The worst bits I’ve seen have been the squandered opportunities, or collaborations that seem totally unnecessary. PUMA doing a ‘Goonies’ shoe that was not only visually unpleasant, but extra shades of wrong in that every ’80s kid knows that film was a Nike zone. So a reimagined ’90s-style runner that was actually a ’00s design makes little to know sense as the tie-in product. There’s bits that are lost in translation – the usually brilliant Wtaps had a Dr. Martens boot collaboration (I  think it was Asia-only) with white laces in, accidentally invoking a far right look.

Linking to that, lately I’ve seen Japanese brands brands playing with ‘surf nazis’ swastika imagery – I understand why bike gangs played with it, and Jay Adams and co, basically to piss people off, but needless to say, it’s best steered clear of. Especially by those that know better. Explanations that it’s a peace sign and it’s just being reclaimed just remind me of that mug from Kula Shaker years ago.

The collaboration mindstate seems like a slowly creeping “thing” that sucks up everything it its path at the moment. I hate seeing staple gear that was the antidote to expensive, hard-to-find crap, like Hanes tees, Ben Davis shirts and Champion sweatshirts being thrown to the lions and ‘X’d out by brands who don’t understand or appreciate what made those brands staples in the first place, or understand the heritage. I would add Carhartt to that list, but it’s in safe hands in the USA, Japan and Europe these days.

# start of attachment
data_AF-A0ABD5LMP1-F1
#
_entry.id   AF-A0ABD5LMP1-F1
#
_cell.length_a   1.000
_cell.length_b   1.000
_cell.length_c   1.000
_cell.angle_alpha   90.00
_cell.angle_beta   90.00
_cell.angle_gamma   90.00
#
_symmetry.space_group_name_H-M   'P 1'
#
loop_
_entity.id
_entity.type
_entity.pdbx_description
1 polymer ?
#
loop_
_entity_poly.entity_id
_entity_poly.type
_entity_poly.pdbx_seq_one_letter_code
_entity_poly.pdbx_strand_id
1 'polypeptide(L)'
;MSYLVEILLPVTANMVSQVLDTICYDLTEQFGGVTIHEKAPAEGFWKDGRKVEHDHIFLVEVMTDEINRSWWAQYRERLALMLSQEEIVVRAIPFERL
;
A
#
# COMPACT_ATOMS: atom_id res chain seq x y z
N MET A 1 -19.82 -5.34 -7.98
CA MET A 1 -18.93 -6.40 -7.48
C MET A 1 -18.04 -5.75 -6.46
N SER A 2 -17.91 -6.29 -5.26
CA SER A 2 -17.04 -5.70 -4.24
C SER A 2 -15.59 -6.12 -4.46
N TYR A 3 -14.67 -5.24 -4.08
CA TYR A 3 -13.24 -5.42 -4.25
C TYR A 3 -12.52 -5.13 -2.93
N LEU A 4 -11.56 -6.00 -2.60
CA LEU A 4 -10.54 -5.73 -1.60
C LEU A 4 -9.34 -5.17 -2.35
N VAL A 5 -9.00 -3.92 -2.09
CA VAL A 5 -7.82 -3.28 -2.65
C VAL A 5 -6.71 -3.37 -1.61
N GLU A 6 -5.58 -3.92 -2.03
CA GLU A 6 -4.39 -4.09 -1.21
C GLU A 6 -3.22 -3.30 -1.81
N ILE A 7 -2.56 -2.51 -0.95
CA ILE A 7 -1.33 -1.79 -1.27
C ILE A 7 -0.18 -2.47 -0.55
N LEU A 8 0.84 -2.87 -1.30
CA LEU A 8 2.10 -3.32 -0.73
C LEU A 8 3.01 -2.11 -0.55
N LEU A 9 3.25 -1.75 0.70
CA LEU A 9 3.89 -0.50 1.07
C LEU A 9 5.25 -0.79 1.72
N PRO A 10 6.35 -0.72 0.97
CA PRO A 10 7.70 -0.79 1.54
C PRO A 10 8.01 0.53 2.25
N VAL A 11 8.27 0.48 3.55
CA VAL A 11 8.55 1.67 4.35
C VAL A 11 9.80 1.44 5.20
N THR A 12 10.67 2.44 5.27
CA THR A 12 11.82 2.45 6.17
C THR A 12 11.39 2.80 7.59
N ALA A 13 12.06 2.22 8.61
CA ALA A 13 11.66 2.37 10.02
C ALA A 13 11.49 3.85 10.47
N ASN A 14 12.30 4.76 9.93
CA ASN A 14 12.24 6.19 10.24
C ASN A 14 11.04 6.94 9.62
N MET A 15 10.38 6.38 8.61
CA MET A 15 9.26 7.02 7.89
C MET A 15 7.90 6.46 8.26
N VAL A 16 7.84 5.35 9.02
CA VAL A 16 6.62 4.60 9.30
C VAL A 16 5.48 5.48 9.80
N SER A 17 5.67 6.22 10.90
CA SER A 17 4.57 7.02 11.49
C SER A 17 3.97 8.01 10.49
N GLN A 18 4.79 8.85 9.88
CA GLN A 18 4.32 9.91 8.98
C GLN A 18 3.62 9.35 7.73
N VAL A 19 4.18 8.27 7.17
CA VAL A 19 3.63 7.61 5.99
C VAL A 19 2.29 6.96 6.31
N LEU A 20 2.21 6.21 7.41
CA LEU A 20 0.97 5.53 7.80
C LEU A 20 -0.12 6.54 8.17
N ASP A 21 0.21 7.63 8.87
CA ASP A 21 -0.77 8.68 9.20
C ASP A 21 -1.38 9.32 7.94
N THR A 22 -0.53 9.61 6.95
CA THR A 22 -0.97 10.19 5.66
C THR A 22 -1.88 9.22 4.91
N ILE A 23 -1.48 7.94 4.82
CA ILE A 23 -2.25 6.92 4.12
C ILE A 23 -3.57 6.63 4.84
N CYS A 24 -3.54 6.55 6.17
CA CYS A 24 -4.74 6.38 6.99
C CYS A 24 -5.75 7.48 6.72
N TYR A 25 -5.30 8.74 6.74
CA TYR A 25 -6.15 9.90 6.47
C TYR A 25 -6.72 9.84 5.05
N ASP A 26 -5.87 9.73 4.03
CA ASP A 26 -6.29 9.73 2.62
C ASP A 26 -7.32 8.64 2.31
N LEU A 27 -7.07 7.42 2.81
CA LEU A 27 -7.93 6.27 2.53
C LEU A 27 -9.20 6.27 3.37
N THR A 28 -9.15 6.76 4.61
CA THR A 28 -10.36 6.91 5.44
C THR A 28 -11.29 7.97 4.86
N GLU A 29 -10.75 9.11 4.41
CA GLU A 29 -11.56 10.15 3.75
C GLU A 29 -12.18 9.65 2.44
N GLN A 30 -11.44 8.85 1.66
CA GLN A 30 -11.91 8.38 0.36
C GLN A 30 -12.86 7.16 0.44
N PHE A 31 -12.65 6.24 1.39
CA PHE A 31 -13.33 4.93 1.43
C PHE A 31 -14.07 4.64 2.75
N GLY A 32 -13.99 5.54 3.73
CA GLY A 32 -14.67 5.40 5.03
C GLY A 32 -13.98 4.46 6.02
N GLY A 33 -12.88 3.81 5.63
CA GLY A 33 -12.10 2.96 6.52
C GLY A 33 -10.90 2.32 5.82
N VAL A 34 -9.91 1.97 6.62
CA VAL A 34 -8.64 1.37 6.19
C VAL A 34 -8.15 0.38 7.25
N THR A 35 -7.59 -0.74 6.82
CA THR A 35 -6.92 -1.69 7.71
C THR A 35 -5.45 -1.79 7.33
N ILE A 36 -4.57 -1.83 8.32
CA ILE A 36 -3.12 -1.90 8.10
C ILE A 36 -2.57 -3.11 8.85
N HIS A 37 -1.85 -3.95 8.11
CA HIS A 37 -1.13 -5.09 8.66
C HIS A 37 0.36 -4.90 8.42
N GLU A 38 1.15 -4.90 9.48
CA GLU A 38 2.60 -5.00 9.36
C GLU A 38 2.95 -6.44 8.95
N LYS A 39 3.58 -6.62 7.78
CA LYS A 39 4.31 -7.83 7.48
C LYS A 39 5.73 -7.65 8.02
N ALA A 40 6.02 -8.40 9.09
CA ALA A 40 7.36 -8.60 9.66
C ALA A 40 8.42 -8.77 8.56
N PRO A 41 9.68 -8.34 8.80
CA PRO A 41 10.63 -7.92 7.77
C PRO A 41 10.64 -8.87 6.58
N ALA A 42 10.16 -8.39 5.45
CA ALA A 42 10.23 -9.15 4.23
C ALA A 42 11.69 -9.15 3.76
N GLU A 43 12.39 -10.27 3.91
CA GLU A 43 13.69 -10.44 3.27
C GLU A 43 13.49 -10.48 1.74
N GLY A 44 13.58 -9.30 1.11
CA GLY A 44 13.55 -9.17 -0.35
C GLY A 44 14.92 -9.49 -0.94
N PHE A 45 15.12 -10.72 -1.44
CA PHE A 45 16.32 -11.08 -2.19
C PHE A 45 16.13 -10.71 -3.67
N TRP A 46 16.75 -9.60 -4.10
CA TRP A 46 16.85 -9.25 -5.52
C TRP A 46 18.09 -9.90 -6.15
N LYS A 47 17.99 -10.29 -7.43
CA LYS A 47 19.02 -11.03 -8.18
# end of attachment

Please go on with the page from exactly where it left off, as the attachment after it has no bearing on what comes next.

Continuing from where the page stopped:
Whereas back in the day streetwear brands were printing on Hanes, Camber, Fruit Of The Loom etc. without changing the tags, and Supreme were printing on Champion reverse weave blanks, and it was no big deal, in 2009, things are very much in a flux, which is what happens when you build cultures with no foundations – I mean, you can see J Crew, Brooks Brothers and Gap on Hypebeast and High Snobiety now, even though streetwear was once the antidote to khaki-coloured blandness – and now those Hanes and Champion screenprinted products would be officially marketed as ‘Supreme x Champion’ or ‘BAPE x Hanes.’ The staggeringly obvious has become a selling-point. I pity the fool who has to keep up with it all.

I think Asian consumers have kept many a British institution alive, so I won’t knock the projects with Japanese brands, but it feels depressing that brands like Tricker’s are being collaborated with so heavily at the moment. Not because the product isn’t great, but because it can easily stand alone, and I’d rather not see that “over it” mentality applied to the great British brogue after collaboration overkill.

What do brands tend to get wrong when it comes to collaborations and hook-ups?